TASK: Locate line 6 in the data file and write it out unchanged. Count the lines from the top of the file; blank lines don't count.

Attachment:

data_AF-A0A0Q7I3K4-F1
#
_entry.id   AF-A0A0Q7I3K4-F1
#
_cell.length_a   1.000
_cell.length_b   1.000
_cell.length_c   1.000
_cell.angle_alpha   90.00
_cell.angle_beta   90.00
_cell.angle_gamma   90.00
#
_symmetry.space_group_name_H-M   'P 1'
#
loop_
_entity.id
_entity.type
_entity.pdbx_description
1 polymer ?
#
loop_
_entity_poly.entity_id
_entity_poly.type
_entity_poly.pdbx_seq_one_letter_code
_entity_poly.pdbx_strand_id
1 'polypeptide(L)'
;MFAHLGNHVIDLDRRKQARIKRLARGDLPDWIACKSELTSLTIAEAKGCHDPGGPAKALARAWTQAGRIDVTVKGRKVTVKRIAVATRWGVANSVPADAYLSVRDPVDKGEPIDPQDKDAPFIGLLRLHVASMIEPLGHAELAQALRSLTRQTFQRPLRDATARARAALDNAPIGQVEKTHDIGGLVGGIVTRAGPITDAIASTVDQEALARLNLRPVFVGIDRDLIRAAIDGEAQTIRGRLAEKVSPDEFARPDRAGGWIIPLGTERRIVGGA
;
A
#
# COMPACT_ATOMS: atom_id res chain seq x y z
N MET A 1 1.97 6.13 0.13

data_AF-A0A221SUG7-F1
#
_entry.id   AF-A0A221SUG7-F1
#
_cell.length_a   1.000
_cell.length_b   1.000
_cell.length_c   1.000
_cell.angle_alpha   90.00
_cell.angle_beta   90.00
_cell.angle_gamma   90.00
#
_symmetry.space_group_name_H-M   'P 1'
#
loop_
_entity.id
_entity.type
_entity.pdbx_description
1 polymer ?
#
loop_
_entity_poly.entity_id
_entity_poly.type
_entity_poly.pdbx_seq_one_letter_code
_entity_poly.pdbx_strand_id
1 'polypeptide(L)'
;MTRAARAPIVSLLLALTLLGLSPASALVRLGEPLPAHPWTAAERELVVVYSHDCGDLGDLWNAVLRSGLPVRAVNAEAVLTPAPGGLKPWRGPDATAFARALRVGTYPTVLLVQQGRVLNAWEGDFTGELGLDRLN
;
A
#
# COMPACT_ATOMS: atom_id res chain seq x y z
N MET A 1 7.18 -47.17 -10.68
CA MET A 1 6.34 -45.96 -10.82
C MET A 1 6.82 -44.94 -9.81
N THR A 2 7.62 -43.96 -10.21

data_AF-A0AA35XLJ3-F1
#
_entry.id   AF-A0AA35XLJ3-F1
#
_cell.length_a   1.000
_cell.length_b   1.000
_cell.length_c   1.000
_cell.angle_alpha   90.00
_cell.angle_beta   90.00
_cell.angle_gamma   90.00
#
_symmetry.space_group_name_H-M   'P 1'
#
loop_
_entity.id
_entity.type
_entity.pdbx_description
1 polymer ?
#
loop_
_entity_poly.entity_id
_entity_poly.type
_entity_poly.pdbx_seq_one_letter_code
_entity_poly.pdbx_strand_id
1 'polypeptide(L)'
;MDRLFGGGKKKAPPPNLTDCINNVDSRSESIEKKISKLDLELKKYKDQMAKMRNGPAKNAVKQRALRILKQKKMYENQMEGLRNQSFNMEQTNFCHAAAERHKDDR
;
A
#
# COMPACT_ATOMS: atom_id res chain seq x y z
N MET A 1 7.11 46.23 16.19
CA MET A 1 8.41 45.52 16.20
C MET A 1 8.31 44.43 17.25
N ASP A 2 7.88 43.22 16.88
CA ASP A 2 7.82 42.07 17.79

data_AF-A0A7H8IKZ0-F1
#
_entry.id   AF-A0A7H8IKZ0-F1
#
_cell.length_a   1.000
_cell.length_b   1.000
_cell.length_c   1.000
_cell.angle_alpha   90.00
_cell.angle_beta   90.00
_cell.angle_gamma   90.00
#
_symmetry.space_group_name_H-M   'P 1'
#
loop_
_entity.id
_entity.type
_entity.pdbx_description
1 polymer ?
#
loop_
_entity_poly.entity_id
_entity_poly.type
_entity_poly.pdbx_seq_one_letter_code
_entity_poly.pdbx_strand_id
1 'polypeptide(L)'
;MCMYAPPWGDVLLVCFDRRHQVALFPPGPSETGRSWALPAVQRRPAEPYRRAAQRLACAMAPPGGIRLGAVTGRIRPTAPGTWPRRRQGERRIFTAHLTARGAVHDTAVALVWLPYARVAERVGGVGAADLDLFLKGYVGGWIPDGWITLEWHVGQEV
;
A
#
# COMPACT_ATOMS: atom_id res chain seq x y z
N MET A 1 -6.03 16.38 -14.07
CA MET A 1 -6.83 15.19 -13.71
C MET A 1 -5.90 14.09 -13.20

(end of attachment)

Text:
_cell.length_b   1.000